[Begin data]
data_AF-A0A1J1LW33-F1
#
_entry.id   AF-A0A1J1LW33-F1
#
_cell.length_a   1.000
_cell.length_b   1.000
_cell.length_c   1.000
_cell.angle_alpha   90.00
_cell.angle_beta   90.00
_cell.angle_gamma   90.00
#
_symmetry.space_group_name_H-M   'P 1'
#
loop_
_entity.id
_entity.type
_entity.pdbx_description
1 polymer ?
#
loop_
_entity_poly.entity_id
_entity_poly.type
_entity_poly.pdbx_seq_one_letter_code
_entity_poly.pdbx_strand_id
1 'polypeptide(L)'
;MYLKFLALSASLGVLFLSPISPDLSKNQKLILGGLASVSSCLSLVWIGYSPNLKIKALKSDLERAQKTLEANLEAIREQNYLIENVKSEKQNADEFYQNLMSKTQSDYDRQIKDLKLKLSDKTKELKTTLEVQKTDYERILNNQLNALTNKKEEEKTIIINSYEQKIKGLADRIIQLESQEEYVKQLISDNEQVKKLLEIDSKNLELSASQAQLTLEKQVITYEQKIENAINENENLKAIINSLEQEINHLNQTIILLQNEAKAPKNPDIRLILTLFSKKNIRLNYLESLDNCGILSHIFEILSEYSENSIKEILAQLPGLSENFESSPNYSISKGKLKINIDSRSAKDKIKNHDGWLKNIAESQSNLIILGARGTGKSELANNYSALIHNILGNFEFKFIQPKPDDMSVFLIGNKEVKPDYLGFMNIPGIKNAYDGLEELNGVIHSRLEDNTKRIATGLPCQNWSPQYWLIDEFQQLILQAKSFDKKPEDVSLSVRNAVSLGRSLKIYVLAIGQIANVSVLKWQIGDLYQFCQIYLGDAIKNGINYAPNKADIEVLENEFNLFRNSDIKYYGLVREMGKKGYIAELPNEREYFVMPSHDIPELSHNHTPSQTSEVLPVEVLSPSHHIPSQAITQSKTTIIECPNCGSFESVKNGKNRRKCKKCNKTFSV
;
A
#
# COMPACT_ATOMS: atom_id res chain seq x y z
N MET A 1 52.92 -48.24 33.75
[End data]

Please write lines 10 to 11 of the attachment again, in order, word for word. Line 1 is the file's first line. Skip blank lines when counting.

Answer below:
_cell.angle_gamma   90.00
#